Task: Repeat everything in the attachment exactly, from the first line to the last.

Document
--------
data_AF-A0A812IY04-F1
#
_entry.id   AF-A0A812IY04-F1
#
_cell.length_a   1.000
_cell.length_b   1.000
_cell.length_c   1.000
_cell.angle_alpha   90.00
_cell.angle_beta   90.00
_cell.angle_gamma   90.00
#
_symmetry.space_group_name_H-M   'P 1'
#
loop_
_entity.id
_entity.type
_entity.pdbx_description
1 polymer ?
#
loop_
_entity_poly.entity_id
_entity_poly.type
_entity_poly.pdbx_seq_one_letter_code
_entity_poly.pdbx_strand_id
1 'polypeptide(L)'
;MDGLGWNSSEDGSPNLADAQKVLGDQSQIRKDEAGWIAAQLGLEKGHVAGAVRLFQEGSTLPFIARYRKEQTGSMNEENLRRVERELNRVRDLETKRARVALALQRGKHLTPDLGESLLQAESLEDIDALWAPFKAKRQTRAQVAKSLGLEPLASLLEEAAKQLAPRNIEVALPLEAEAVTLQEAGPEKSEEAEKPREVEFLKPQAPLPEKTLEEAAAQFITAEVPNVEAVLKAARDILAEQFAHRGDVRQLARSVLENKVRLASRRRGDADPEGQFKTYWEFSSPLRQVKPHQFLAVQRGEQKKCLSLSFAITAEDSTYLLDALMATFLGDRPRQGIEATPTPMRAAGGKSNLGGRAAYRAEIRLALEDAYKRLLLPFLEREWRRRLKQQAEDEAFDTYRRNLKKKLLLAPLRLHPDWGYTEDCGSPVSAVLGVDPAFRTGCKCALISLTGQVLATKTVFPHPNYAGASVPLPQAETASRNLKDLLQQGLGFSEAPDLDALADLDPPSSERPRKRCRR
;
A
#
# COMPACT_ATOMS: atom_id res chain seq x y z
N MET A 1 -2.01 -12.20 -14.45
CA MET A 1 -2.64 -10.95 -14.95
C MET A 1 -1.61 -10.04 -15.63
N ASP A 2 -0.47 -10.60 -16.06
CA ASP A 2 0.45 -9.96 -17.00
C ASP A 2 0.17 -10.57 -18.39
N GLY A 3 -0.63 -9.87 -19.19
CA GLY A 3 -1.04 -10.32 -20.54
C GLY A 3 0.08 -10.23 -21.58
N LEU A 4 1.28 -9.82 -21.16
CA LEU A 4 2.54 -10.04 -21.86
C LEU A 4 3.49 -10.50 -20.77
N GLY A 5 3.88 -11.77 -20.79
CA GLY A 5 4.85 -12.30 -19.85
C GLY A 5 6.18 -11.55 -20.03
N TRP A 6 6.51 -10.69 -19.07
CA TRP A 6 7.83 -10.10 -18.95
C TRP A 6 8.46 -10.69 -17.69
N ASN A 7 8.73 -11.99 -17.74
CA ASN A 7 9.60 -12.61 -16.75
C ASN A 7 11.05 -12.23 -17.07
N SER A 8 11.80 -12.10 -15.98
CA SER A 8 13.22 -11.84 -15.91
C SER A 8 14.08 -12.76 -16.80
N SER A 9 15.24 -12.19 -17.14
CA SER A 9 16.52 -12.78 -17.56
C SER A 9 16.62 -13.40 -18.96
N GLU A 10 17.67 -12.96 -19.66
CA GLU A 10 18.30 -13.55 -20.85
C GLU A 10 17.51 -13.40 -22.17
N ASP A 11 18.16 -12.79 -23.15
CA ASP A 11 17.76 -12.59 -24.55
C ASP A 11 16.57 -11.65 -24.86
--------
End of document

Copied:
data_AF-A0A812IY04-F1
#
_entry.id   AF-A0A812IY04-F1
#
_cell.length_a   1.000
_cell.length_b   1.000
_cell.length_c   1.000
_cell.angle_alpha   90.00
_cell.angle_beta   90.00
_cell.angle_gamma   90.00
#
_symmetry.space_group_name_H-M   'P 1'
#
loop_
_entity.id
_entity.type
_entity.pdbx_description
1 polymer ?
#
loop_
_entity_poly.entity_id
_entity_poly.type
_entity_poly.pdbx_seq_one_letter_code
_entity_poly.pdbx_strand_id
1 'polypeptide(L)'
;MDGLGWNSSEDGSPNLADAQKVLGDQSQIRKDEAGWIAAQLGLEKGHVAGAVRLFQEGSTLPFIARYRKEQTGSMNEENLRRVERELNRVRDLETKRARVALALQRGKHLTPDLGESLLQAESLEDIDALWAPFKAKRQTRAQVAKSLGLEPLASLLEEAAKQLAPRNIEVALPLEAEAVTLQEAGPEKSEEAEKPREVEFLKPQAPLPEKTLEEAAAQFITAEVPNVEAVLKAARDILAEQFAHRGDVRQLARSVLENKVRLASRRRGDADPEGQFKTYWEFSSPLRQVKPHQFLAVQRGEQKKCLSLSFAITAEDSTYLLDALMATFLGDRPRQGIEATPTPMRAAGGKSNLGGRAAYRAEIRLALEDAYKRLLLPFLEREWRRRLKQQAEDEAFDTYRRNLKKKLLLAPLRLHPDWGYTEDCGSPVSAVLGVDPAFRTGCKCALISLTGQVLATKTVFPHPNYAGASVPLPQAETASRNLKDLLQQGLGFSEAPDLDALADLDPPSSERPRKRCRR
;
A
#
# COMPACT_ATOMS: atom_id res chain seq x y z
N MET A 1 -2.01 -12.20 -14.45
CA MET A 1 -2.64 -10.95 -14.95
C MET A 1 -1.61 -10.04 -15.63
N ASP A 2 -0.47 -10.60 -16.06
CA ASP A 2 0.45 -9.96 -17.00
C ASP A 2 0.17 -10.57 -18.39
N GLY A 3 -0.63 -9.87 -19.19
CA GLY A 3 -1.04 -10.32 -20.54
C GLY A 3 0.08 -10.23 -21.58
N LEU A 4 1.28 -9.82 -21.16
CA LEU A 4 2.54 -10.04 -21.86
C LEU A 4 3.49 -10.50 -20.77
N GLY A 5 3.88 -11.77 -20.79
CA GLY A 5 4.85 -12.30 -19.85
C GLY A 5 6.18 -11.55 -20.03
N TRP A 6 6.51 -10.69 -19.07
CA TRP A 6 7.83 -10.10 -18.95
C TRP A 6 8.46 -10.69 -17.69
N ASN A 7 8.73 -11.99 -17.74
CA ASN A 7 9.60 -12.61 -16.75
C ASN A 7 11.05 -12.23 -17.07
N SER A 8 11.80 -12.10 -15.98
CA SER A 8 13.22 -11.84 -15.91
C SER A 8 14.08 -12.76 -16.80
N SER A 9 15.24 -12.19 -17.14
CA SER A 9 16.52 -12.78 -17.56
C SER A 9 16.62 -13.40 -18.96
N GLU A 10 17.67 -12.96 -19.66
CA GLU A 10 18.30 -13.55 -20.85
C GLU A 10 17.51 -13.40 -22.17
N ASP A 11 18.16 -12.79 -23.15
CA ASP A 11 17.76 -12.59 -24.55
C ASP A 11 16.57 -11.65 -24.86